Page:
Food insecurity series: a closer look at London food banks

Below is our third blog in our food insecurity blog series. This time, we’re taking a closer look at the data around food banks in London. Our first blog covered food poverty and how we can support people with insecure access to healthy food. The second looked at the rise in the use of food banks, and the potential challenges to accessing them. This blog explores accessibility further, including the location of food banks across London and their opening hours.

Whilst food bank use should not be normalised, they help to meet the urgent needs of those in food poverty. Additionally, many provide access to other services that can help users get out of food poverty long-term. To help increase food security, food banks should be as accessible as possible to potential users.

How many food banks are there in London?

Volunteers wearing gloves sort through non-perishable food donations at a food bank.

Many food banks in London are small-scale and community-led, which can be difficult to monitor.

It is difficult to capture the number of food banks that exist in London. Many food banks operate as small-scale community projects. Therefore, they are often not connected to other networks or have a clear online presence. When researching, we aimed to count the food banks in all 32 London boroughs as accurately as possible. We examined lists of food banks on websites including the Trussell Trust, the Independent Food Aid Network and GiveFood. Additionally, we looked at council websites to search for any signposted food banks.

Through online searching, we recorded each listed food bank’s name, location and opening times. Additionally, we checked whether they required users to be referred by an agency. We excluded food banks that did not appear to be currently active. Neither did we count community kitchens or subsidised food stores. Where multiple food banks are served by one warehouse, we have counted each distributing food bank separately.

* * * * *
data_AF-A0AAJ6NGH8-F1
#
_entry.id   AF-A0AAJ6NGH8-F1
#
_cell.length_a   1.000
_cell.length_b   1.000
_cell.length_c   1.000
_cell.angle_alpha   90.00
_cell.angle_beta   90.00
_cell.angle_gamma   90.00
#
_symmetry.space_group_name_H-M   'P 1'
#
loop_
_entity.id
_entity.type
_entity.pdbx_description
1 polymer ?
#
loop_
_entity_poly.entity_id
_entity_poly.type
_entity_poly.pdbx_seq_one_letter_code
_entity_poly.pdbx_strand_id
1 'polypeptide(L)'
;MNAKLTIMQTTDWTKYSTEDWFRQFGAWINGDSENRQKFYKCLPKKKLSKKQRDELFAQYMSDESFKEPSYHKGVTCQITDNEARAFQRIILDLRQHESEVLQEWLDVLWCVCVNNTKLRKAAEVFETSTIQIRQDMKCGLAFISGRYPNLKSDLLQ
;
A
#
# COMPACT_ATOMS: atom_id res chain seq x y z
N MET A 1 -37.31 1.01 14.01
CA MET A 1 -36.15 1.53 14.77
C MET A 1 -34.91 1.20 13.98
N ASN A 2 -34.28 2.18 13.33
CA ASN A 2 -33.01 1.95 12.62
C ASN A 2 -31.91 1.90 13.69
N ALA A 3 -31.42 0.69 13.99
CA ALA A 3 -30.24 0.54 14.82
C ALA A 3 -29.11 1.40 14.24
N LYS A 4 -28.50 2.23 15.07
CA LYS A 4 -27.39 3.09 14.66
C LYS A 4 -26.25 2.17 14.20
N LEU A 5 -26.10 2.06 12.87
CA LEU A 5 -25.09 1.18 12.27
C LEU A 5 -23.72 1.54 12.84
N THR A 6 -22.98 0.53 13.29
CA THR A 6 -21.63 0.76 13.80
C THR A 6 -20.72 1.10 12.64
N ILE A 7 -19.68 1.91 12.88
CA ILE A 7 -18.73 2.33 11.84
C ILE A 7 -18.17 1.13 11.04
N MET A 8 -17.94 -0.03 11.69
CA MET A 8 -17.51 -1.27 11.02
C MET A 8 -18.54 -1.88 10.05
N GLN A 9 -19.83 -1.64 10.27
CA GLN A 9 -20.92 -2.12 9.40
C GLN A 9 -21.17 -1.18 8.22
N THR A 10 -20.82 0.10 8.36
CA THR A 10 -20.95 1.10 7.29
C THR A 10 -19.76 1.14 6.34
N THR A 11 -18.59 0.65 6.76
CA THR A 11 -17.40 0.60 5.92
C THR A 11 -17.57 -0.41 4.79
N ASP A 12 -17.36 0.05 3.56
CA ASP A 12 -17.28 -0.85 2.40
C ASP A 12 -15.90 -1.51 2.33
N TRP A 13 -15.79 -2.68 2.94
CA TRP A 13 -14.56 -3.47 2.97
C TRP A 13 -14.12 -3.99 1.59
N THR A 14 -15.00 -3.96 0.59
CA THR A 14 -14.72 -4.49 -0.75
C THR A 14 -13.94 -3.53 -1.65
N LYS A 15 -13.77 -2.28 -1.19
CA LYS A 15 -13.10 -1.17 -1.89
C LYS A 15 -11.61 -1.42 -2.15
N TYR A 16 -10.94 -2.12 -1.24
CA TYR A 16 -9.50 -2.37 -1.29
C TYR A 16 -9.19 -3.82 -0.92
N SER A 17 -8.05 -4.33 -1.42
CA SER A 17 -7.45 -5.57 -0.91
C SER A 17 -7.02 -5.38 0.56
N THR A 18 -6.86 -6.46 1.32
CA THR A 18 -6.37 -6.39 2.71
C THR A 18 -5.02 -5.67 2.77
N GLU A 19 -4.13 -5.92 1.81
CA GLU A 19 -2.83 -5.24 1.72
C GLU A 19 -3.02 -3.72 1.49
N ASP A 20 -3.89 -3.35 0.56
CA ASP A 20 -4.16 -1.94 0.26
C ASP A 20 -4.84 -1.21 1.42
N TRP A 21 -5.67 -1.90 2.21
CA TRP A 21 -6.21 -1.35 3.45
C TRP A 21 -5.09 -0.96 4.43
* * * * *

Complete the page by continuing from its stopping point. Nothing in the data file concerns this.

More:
Our data is limited to what is publicly available online. Therefore, some information is missing, and it is unlikely that our list of active London food banks is complete. Using the search methods outlined above, we counted 301 food banks across Greater London.

Where are the food banks?

We found food banks in every London borough, although the number of food banks in a borough varied considerably. Below is a heat map showing the food banks across London. The darker coloured boroughs have a higher density of food banks. Yellow dots represent the approximate geographical location of food banks.

A map showing the density of food banks across London boroughs, represented by yellow dots.

[Click the image above to enlarge the map] Many Londoners have decent access to food banks in their local area. However, Outer London has a lower density of food banks.

The heat map shows that some of the outer London boroughs have a relatively low density of food banks. However, all Londoners have access to a food bank in their local area. Future research could calculate average distances to food banks and quantify the presence of food bank “deserts” in London. This is important, as greater distance can challenge those with potential mobility issues or financial difficulties to visit food banks.